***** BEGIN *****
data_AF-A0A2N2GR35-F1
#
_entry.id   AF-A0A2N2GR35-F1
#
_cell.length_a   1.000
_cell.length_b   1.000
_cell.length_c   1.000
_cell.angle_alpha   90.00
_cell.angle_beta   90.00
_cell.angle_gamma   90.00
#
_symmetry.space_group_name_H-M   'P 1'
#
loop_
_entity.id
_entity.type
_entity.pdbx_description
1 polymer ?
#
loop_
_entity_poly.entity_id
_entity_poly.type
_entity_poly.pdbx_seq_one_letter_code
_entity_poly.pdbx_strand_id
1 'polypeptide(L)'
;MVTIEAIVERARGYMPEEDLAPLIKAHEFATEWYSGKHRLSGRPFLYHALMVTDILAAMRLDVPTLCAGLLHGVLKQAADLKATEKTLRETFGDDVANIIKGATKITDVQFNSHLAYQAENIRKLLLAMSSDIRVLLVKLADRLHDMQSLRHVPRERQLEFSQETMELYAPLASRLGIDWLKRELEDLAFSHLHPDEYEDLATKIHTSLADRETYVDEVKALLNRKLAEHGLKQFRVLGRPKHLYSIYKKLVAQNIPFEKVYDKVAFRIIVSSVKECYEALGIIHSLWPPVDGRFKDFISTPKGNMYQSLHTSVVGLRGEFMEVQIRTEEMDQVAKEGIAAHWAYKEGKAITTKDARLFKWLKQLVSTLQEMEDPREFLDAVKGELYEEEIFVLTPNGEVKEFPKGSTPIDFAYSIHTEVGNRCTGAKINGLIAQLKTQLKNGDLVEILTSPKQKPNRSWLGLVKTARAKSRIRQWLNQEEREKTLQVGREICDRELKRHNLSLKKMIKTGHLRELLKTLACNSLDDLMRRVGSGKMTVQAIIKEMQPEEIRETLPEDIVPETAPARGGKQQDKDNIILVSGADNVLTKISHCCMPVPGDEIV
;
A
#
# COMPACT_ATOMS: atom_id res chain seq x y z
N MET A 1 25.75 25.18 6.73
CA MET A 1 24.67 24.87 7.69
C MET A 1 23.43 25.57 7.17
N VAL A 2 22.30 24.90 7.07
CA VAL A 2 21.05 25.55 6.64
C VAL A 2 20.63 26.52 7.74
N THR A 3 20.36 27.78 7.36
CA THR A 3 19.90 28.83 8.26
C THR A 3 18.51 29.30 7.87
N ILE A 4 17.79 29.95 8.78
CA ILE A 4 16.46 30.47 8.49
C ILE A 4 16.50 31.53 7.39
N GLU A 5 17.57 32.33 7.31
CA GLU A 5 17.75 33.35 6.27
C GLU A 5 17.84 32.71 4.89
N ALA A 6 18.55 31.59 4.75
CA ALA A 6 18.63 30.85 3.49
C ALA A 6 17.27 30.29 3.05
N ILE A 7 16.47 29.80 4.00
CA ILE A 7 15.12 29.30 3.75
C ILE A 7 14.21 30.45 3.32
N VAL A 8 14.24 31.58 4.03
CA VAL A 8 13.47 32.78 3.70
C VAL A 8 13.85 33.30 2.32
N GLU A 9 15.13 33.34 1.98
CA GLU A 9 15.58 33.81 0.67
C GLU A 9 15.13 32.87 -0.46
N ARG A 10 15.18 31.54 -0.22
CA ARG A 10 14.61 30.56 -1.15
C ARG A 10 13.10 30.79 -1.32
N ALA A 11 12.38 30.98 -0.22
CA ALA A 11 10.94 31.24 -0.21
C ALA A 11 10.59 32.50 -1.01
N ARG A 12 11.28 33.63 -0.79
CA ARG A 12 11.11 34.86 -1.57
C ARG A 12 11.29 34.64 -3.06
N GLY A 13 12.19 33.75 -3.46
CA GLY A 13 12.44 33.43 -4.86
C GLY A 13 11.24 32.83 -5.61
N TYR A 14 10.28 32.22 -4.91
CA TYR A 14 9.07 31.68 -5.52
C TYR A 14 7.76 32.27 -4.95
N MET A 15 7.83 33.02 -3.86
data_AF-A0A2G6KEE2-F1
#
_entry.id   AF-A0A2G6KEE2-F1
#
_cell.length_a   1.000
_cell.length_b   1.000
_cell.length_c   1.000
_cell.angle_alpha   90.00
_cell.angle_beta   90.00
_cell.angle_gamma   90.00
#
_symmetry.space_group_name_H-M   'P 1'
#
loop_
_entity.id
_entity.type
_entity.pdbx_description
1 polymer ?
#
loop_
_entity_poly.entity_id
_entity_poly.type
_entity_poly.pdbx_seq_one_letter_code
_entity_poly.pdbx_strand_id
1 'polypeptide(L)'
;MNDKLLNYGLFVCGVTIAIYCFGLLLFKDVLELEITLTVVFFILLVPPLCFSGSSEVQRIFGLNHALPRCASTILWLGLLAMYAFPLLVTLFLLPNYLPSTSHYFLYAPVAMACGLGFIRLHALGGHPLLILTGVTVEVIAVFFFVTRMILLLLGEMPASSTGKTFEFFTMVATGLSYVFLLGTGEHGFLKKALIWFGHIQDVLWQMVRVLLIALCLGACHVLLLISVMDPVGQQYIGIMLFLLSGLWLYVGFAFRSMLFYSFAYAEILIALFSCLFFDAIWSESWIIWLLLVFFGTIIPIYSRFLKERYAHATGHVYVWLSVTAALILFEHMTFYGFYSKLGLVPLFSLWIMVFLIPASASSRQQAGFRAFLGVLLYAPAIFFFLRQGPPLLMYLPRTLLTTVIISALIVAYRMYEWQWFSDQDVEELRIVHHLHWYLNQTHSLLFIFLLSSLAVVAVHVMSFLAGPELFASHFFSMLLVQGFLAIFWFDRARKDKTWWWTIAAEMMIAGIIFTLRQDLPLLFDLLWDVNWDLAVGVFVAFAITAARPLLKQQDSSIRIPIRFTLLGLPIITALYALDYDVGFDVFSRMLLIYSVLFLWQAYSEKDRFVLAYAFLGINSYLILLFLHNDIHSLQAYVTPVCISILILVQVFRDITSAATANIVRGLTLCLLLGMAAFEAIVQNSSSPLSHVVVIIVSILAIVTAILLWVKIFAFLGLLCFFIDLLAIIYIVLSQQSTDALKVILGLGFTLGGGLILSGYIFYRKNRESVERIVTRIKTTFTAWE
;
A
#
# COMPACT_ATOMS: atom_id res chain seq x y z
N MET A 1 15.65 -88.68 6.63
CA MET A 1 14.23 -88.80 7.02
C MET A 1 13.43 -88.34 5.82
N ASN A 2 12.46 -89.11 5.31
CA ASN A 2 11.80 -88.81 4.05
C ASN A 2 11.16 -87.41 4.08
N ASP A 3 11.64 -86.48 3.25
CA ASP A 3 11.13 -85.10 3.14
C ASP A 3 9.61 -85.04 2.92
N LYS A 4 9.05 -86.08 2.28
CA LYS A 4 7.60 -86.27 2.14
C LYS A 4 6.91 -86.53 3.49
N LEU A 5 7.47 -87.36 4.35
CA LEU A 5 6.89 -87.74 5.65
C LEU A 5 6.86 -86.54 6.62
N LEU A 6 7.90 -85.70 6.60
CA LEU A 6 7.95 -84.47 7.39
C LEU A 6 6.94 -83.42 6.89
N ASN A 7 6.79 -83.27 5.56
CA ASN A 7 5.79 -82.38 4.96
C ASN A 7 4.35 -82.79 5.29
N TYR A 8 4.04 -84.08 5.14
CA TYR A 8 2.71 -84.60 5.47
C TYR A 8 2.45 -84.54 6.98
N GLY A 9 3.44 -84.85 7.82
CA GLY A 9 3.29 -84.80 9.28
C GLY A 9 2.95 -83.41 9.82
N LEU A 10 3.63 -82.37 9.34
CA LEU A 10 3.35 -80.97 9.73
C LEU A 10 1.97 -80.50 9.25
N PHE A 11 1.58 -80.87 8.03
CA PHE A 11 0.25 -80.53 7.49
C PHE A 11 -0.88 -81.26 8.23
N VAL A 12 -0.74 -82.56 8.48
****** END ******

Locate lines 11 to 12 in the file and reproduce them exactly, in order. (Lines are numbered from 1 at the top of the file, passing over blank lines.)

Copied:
#
_symmetry.space_group_name_H-M   'P 1'